You had me playing in fear.
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"The road to athletic greatness is not marked by perfection, but the ability to constantly overcome adversity and failure."

As a coach, you have a wide variety of players. You have your slow players, your fast players. You have the ones that are good at defense. You have the ones that are good at offense. You have the ones who would choose to drive and dish and you have the ones that would rather shoot the three. You have the people who set up the plays and you have the people who finish them. You are in charge of getting these types of players to work together and get the job done.

Sure, a coach can put together a pretty set of plays. A coach can scream their head off in a game and try and get their players motivated. A coach can make you run for punishment, or they can make you run to get more in shape. The most important role of a coach, however, is to make the players on their team better. To hopefully help them to reach their fullest potential. Players do make mistakes, but it is from those mistakes that you learn and grow.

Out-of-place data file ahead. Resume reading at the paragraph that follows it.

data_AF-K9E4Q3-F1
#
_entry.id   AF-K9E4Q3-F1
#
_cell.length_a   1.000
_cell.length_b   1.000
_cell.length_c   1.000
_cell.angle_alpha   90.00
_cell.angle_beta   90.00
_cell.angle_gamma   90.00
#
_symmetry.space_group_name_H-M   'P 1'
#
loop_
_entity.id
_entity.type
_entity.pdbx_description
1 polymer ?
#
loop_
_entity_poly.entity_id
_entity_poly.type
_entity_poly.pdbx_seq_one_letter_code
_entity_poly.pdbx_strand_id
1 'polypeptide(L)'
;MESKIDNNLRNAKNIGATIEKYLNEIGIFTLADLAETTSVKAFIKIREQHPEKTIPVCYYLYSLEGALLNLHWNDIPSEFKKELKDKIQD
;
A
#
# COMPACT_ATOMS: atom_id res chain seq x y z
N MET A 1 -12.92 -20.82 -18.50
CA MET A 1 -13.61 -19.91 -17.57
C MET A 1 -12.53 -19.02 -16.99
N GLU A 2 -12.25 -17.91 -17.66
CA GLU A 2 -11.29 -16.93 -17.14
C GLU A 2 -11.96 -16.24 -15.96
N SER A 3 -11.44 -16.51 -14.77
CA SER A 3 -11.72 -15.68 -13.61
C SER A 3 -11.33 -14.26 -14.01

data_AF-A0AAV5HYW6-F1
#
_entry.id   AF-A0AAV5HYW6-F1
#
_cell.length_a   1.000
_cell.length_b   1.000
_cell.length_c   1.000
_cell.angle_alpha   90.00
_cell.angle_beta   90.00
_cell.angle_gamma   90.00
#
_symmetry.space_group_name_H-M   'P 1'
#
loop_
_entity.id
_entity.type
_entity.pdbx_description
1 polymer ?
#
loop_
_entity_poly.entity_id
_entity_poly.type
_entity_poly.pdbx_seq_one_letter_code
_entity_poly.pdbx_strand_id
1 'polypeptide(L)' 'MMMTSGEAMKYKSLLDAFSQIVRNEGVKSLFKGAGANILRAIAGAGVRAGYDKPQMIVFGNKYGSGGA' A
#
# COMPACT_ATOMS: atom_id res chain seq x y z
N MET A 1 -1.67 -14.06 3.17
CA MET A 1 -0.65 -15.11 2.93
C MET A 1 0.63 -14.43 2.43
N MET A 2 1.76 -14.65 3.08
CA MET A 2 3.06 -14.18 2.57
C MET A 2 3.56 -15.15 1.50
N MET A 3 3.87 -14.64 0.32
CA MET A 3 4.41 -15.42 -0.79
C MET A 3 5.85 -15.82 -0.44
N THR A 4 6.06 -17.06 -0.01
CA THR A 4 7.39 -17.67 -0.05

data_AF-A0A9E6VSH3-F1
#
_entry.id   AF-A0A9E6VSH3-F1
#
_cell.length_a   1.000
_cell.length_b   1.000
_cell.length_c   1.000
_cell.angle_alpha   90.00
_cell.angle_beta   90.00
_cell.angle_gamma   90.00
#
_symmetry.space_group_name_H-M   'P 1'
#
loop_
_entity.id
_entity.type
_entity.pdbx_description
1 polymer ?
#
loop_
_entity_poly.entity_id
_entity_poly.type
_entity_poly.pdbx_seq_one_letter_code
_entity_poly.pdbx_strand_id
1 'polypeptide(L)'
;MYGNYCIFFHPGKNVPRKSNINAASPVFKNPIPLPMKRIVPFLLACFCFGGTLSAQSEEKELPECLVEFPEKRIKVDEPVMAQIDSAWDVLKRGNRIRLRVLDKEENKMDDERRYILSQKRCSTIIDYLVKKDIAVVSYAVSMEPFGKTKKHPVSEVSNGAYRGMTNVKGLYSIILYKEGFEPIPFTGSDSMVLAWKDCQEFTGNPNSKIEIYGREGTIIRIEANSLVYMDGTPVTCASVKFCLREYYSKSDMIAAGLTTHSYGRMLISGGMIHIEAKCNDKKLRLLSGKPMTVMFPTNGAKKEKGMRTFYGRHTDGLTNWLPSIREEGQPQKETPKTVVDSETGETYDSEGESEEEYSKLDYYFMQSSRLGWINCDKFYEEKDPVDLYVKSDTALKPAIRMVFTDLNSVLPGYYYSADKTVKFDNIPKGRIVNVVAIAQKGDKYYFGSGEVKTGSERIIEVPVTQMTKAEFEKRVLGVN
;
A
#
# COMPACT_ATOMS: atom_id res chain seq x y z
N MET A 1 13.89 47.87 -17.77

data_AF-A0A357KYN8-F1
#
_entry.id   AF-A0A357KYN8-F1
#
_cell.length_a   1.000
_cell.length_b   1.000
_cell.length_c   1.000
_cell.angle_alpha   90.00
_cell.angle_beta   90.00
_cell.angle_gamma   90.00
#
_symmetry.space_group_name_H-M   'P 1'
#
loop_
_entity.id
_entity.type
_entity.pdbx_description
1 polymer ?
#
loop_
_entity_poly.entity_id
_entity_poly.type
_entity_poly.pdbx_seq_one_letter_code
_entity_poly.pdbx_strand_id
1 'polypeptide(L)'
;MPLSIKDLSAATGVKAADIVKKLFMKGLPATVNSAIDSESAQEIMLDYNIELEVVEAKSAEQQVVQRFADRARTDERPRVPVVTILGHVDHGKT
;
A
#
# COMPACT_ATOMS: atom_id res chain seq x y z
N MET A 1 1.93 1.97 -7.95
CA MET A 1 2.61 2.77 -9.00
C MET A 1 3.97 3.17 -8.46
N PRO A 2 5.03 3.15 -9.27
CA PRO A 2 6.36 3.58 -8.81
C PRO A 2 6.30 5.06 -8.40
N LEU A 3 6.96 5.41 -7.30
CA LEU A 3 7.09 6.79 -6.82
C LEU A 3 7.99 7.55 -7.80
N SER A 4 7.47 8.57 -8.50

To the coach the destroyed my confidence,

You wanted to win, and there was nothing wrong with that. I saw it in your eyes if I made a mistake, you were not too happy, which is normal for a coach. Turnovers happen. Players miss shots. Sometimes the girl you are defending gets past you. Sometimes your serve is not in bounds. Sometimes someone beats you in a race. Sometimes things happen. Players make mistakes. It is when you have players scared to move that more mistakes happen.